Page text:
Rahul Mehrotra

Professor and Chair, Department of Urban Planning and Design
Graduate School of Design
Harvard University
Cambridge, Massachusetts, USA


The following are books I read during my first three years of architectural education, and they continue to be the ones that I would say have had the greatest influence on me, and that also have stayed with me.


James L Adams, Conceptual Blockbusting: A Guide to Better Ideas, 1975

This book showed me how to think outside the box. The author systematically deconstructs the taboos that condition our thinking - which often limit creativity on account of the biases we already have embedded in our minds. I read this book during the month I entered architecture school, and it was the greatest introduction one could get to conceptual thinking as a critical tool for design.


Christopher Alexander, A Pattern Language: Towns, Buildings, Construction, 1977

This book is a classic in that through abstraction, Christopher Alexander blurs the boundaries between the vernacular, timeless, modern, and the everyday, as well as between architecture and the way people inhabit space. Besides equipping designers to think at the fine grain, it also was for me a great introduction to design research and its usefulness as we observe the world around us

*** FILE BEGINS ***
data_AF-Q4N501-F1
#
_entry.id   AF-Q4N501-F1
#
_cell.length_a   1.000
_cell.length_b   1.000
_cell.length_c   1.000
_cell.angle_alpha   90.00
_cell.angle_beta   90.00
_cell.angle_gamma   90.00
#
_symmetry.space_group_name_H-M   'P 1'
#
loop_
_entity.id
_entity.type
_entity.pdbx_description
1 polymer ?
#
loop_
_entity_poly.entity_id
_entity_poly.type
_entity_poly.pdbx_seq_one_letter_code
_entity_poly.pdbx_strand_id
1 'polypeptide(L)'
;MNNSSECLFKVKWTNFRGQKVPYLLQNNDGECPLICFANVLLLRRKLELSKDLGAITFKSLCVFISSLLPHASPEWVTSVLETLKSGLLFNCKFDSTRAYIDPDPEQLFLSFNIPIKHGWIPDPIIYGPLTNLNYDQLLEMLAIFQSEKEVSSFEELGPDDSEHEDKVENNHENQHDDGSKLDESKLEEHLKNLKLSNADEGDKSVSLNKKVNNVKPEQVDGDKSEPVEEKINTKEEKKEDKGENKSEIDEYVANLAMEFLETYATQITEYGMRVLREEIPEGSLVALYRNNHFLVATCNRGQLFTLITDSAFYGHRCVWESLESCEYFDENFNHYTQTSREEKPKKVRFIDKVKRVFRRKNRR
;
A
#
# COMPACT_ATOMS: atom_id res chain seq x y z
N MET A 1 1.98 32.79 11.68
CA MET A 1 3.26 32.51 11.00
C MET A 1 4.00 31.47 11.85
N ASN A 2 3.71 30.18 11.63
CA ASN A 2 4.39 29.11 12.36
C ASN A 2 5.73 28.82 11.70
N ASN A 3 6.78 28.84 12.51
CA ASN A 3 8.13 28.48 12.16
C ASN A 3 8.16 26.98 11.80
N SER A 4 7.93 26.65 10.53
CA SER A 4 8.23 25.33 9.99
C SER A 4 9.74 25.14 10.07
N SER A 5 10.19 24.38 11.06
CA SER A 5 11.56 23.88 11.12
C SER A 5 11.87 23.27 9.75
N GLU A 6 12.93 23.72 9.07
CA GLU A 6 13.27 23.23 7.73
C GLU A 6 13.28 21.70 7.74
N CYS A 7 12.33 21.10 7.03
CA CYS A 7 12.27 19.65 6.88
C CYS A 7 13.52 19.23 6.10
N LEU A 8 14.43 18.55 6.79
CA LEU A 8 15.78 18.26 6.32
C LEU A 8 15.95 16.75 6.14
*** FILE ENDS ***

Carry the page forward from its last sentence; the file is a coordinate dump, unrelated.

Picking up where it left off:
R Buckminster Fuller, Operating Manual for Spaceship Earth, 1968

The mind-blowing thing about this book was that besides communicating through its title the finite nature of our planet and its resources (something that took the world many decades to articulate), it provided an amazing insight into how systems are interconnected and into the synergies that are critical to creating a sustainable and efficient management of the planet. But the concepts here were also a fabulous introduction to understanding cities and more complex landscapes.


Laurence Peter, The Peter Plan: A proposal for survival, 1976

In some sense, this was my introduction to ecology, environmentalism, and optimistic thinking. A wonderful format of quotes, stories, ideas, and projections of the future collide in this little paperback. It went on to become a trilogy with the Peter Principle and Peter Prescription. I would describe The Peter Plan as a primer that gave real images (through people and stories) to what books like Silent Spring and other literature on environmentalism from the early 1970 were warning us about.


Charles Jencks, The Language of Post -Modern Architecture, 1977

This is a seminal book, which I read the year after it was published. It was confusing for me as a student on account of the richness of its disparate images, but it added an incredible dimension to the otherwise pure historical narratives we were being offered in architecture school. Studying in India, this book also made sense because as students we saw the coexistence of many architectural vocabularies in the Indian urban landscape, and the book’s arguments were therefore familiar to us. But, fortunately, as one saw the implications of post-modernism, the book finally taught me to watch out for the pitfalls of the superficial caricaturing of history in contemporary architecture.


May 18, 2014